Fred Catona

From Wikipedia, the free encyclopedia - View original article

Fred Catona
Alma materEast Stroudsburg University of Pennsylvania
OccupationFounder and chief marketing strategist, Bulldozer Digital
Website
www.fredcatona.com
 
Jump to: navigation, search
Fred Catona
Alma materEast Stroudsburg University of Pennsylvania
OccupationFounder and chief marketing strategist, Bulldozer Digital
Website
www.fredcatona.com

Fred Catona is an American entrepreneur and founder of Bulldozer Digital, a direct-response advertising agency located in Blue Bell, Pennsylvania. He is generally recognized as the father of "Direct Response" radio advertising.

Early career[edit]

Upon his graduation from East Stroudsburg University of Pennsylvania with a degree in health and physical education, Catona became a high school health-science teacher and athletics coach. As a child, he dreamed of one day owning his own sandwich shop. In an effort to realize his dream and also further support his family, he opened “The Country Grocer” located in Swarthmore, Pennsylvania. In 1983, as his business thrived, Catona saw a void that up to this time had not been filled. Having been raised in Philadelphia, a city known for many local food specialties, he started a mail-order food company called "A Taste of Philadelphia".[1] The first of its kind anywhere, “A Taste of Philadelphia” afforded people around the world[2] the opportunity to send or receive a gift package complete with such delicacies as cheesesteaks, hoagies (submarine sandwiches), soft pretzels, Tastykakes, and many other food items not easily found outside the Philadelphia area. Also in that year, Catona made national headlines for attempting to be the first to ever send a Philadelphia hoagie into space.[3] He contacted astronaut Guion S. Bluford Jr., a Philadelphia-area native and first African-American in space, asking if he would take one of Catona’s hoagies on board the space shuttle Challenger for mission STS-8 that would be taking place in August of that year. After spending for two years with researches and microbiologists from Widener University to develop a hoagie safe for space travel, it was decided by NASA that due to its size and many ingredients, a Philadelphia hoagie would not be a part of that particular space mission.[4]

Life after mail-order[edit]

Radio Direct Response[edit]

In promoting his mail-order business, he realized the tremendous power that radio had for selling his product. Specifically, he found incredible success giving radio interviews in exchange for advertising by way of commercials and promotional giveaways. As a result of this success, he developed a direct-response format for radio advertising. Before long, businesses in the infomercial industry began to take notice of Catona’s methods and asked for his help getting their message to a larger audience. As more businesses asked for his help, Catona, in 1993, decided to start “Radio Direct Response”, the first advertising agency focusing solely on direct response radio marketing. As the success of “Radio Direct Response” grew, he was approached by entrepreneur Jay Walker with an idea for a new website where consumers could name their own price for airline tickets. Tapping William Shatner as a celebrity spokesperson, Catona developed a campaign for this new website, now called Priceline.com. Within just the first 18 months of its inception, Priceline.com went on to generate 1 billion dollars[5][6][7] using direct-response radio alone. Some of Catona’s other achievements have included launching FreeCreditReport.com and many other multi-million dollar companies.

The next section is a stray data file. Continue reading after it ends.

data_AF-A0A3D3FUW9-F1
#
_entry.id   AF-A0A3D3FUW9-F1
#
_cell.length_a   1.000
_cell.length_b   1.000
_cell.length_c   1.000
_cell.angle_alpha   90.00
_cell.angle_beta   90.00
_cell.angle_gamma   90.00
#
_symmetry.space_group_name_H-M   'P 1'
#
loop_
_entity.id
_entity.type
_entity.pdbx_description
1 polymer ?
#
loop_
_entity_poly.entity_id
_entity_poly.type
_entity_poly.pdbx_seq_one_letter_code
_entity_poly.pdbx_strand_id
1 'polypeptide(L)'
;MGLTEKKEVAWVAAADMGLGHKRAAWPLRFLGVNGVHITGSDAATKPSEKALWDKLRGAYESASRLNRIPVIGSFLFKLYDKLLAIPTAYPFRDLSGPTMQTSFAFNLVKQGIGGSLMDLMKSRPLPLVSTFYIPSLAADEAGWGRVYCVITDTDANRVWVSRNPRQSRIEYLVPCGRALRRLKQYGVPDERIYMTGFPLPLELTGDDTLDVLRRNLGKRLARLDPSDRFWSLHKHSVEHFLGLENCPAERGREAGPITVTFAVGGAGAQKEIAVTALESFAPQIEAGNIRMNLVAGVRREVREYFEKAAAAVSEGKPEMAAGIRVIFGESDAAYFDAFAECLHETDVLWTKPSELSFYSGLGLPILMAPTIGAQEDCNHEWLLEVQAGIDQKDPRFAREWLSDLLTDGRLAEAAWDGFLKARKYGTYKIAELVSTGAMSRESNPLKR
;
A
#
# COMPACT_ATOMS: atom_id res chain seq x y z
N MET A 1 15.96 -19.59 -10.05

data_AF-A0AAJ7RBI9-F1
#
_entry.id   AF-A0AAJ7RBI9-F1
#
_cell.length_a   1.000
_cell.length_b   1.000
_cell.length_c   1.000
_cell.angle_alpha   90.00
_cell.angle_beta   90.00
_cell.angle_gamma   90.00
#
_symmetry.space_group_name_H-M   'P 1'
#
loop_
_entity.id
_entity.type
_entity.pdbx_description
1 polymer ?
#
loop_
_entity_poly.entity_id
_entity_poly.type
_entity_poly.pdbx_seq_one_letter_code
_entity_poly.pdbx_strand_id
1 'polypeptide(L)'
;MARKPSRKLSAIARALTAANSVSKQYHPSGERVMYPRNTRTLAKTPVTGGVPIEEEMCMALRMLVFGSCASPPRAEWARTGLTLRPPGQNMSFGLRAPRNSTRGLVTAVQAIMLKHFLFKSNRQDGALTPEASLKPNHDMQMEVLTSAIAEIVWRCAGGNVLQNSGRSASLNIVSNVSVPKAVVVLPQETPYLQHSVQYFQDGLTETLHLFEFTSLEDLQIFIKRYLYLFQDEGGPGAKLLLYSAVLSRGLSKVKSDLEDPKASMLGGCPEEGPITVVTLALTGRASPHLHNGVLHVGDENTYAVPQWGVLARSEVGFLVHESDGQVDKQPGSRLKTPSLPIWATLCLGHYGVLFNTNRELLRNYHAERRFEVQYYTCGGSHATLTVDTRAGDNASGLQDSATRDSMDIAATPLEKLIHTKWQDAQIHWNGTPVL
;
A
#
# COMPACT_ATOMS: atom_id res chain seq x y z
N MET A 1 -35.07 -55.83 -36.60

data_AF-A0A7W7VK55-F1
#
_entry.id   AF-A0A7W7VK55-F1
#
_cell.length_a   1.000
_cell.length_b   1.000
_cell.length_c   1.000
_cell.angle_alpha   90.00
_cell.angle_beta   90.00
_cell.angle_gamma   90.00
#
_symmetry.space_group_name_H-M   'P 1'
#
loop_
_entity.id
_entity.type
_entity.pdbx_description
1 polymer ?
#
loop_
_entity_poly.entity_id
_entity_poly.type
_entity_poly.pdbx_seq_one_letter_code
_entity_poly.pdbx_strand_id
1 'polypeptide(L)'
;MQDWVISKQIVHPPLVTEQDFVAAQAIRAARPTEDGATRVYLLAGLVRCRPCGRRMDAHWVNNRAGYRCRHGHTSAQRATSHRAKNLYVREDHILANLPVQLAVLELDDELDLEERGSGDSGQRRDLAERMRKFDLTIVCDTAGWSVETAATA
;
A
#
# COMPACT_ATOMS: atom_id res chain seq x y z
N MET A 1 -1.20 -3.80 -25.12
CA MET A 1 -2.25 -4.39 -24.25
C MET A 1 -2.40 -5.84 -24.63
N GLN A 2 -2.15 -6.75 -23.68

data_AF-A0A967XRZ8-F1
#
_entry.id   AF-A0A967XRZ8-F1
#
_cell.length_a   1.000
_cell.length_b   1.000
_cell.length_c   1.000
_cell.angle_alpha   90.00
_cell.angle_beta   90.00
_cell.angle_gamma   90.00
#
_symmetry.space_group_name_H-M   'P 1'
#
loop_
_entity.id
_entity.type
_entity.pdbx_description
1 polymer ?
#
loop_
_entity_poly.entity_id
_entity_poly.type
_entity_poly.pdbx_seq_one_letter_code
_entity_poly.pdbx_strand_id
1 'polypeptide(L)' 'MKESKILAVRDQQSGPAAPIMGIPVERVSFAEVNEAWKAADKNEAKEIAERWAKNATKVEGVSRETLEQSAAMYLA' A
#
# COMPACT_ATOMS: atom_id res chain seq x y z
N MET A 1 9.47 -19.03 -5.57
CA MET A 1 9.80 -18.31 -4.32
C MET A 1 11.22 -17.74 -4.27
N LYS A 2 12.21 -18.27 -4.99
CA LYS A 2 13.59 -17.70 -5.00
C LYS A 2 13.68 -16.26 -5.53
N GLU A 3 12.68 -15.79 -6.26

Direct response radio marketing[edit]

Others since the 1920s have used direct response radio marketing but no full service[citation needed] (strategize offer, write commercials, produce the commercial, place the media and track response of how many people called or sent in money) agency was created until 1995 that strictly promoted the use of direct response radio marketing.

The principals of direct response radio marketing are similar to all types of direct response marketing – direct offer to purchase direct from the manufacture, no middle man or broker. The theory is that because there is no middle men there will be lower pricing. For example it is a common practice for a retail store to double the price for want they paid for a product before selling it to the public. Also chances are the retailer did not buy the product from a manufacture but rather from a broker who also had a mark-up on the product.

Direct response radio marketing usually works directly with manufacturers.

Catona today[edit]

Today, Catona is the founder and chief marketing strategist of Bulldozer Digital, an advertising agency utilizing both direct response radio advertising and Catona’s newest development called “Digital Convergence Marketing”, which generates leads to maintain contact with clients potential customers.[citation needed]

References[edit]

  1. ^ "It's Tastykakes in L.A. And Hot Dogs in Taffytown". Philadelphia Daily News. 1983-10-28. 
  2. ^ Morris, Betsy (3/10/1983). "Feeling Homesick for Philadelphia? Try Hoagies, Cheesesteaks by Mail". The Wall Street Journal. 
  3. ^ Falk, Steven M. (1983-05-15). "What would a Philadelphian want to eat in outer space?". USA Today. 
  4. ^ Klibenoff, Hank (1983-08-28). "Space hoagie's launching may have to wait". The Philadelphia Inquirer. 
  5. ^ McLaughlin, Martin. "The Forbes 200 list:billions for the privileged few". Retrieved 15 May 2012. 
  6. ^ "Priceline lives long and prospers". Retrieved 7/21/10. 
  7. ^ Hansell, Saul. "Business Travel; Priceline.com Stock Zooms In Offering". Retrieved 15 May 2012. 

External links[edit]